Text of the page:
Jacqueline Nairn is a warm and appealing Stella, vacillating between neurotic sister and bullying husband, her slow sexy descent of the stairs into Stanley’s arms in response to his famous bellowed "Stella!" presaging her eventual betrayal of Blanche. She is a true daughter of Belle Reve after all, determinedly denying truths she cannot tolerate.

Blanche’s one hope of redemption is Stanley’s friend Mitch, given sincerity and a tentative kindliness by Errol Shand. But he too will betray her, succumbing to Stanley’s poisonous gossip and deciding she is worth no more than a clumsy grope. 

The rest of the very competent cast, especially Carol Smith as an irrepressible Eunice, do their utmost to create the steamy atmosphere of the American South. The intense clashes within the cramped apartment are framed by a lively parade of prostitutes, drunks, Mexicans, Negroes, even a tamale vendor, and the Kowalskis aren’t the only passionately explosive couple on the block.

Jef Hall-Flavin’s production is remarkably faithful to Williams’ own stage directions, even to the gothic horror touches of spooky echoing voices, ghostly polka music, and wonderfully lurid lighting when trains rattle and scream across the stage. The set is splendid, reflecting the exterior / interior themes, with the revolve smoothly revealing both outside and inside worlds, while walls become transparent as outer reality breaks through inner fantasy and boundaries dissolve. Somehow the Kowalski’s shabby apartment fits into a partly revealed two-storey house, while the pulsating life of sultry New Orleans eddies around it. The faded colours are a lovely background for Blanche’s floaty white dresses and the occasional startling splash of brilliant red.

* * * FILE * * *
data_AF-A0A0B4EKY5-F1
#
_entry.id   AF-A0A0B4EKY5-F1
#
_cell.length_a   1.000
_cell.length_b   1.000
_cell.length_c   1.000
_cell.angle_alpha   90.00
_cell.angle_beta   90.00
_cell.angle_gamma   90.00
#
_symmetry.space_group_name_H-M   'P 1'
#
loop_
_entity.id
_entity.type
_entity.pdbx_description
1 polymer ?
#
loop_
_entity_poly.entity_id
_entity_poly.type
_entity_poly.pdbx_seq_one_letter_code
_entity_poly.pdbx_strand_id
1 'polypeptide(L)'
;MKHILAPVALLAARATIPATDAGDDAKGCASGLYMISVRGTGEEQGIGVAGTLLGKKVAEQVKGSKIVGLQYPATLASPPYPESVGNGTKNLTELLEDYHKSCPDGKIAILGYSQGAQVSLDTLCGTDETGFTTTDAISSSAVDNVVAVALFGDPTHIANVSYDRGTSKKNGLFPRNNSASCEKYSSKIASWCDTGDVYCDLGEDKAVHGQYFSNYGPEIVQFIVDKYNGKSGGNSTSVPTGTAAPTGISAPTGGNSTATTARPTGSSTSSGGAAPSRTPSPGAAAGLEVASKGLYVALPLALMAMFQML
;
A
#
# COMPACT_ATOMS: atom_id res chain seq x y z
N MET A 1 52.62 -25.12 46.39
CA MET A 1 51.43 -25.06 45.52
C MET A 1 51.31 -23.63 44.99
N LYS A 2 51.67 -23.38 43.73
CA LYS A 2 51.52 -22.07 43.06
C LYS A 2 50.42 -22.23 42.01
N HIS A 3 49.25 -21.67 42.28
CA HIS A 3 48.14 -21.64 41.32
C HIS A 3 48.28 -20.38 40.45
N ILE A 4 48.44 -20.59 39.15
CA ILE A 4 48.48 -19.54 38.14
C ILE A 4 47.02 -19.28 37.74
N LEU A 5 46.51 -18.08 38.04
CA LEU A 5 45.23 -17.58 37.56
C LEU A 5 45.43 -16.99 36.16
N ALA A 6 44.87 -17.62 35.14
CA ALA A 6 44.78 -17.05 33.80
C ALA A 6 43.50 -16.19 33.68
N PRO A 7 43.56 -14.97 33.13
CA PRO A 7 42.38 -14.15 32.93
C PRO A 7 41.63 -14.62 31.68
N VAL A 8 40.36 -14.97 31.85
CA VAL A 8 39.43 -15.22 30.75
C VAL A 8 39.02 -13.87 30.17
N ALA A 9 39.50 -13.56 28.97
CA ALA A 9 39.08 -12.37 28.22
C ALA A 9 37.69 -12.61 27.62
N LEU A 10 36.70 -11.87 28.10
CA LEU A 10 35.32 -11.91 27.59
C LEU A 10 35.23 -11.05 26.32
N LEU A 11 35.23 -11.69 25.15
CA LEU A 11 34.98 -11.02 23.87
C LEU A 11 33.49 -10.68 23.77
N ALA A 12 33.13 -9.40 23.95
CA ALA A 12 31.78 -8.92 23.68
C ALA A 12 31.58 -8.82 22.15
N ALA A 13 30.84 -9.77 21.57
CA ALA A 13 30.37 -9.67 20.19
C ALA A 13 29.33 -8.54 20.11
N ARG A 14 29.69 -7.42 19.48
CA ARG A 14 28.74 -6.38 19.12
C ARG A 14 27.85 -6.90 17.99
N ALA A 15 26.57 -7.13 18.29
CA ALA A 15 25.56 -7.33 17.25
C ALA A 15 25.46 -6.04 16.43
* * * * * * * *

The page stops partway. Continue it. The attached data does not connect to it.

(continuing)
Production values are excellent, and Hall-Flavin is blessed with an extraordinarily proficient team in Peter King (set), Maryanne Wright Smyth (costume), Alan Surgener (lighting), and David Good (sound), with polished stage management by Brendan van den Berg. The enthusiastic audience response on opening night surely heralds a successful season of a fine production in which the Fortune can take justifiable pride.

But what lingers is Gibson’s powerful interpretation of a truly great role. Claire Bloom, whom I saw as Blanche in a memorable West End production, had the temerity to ask Williams what would have happened to Blanche after the last act. Rather surprisingly, she got an answer. Blanche, said her creator, would eventually ‘rise from the ashes’ like a phoenix. Gibson’s gutsy performance makes us believe it possible. 


Make a comment

Wellingon City Council
Aotearoa Gaming Trust
Creative NZ
Auckland City Council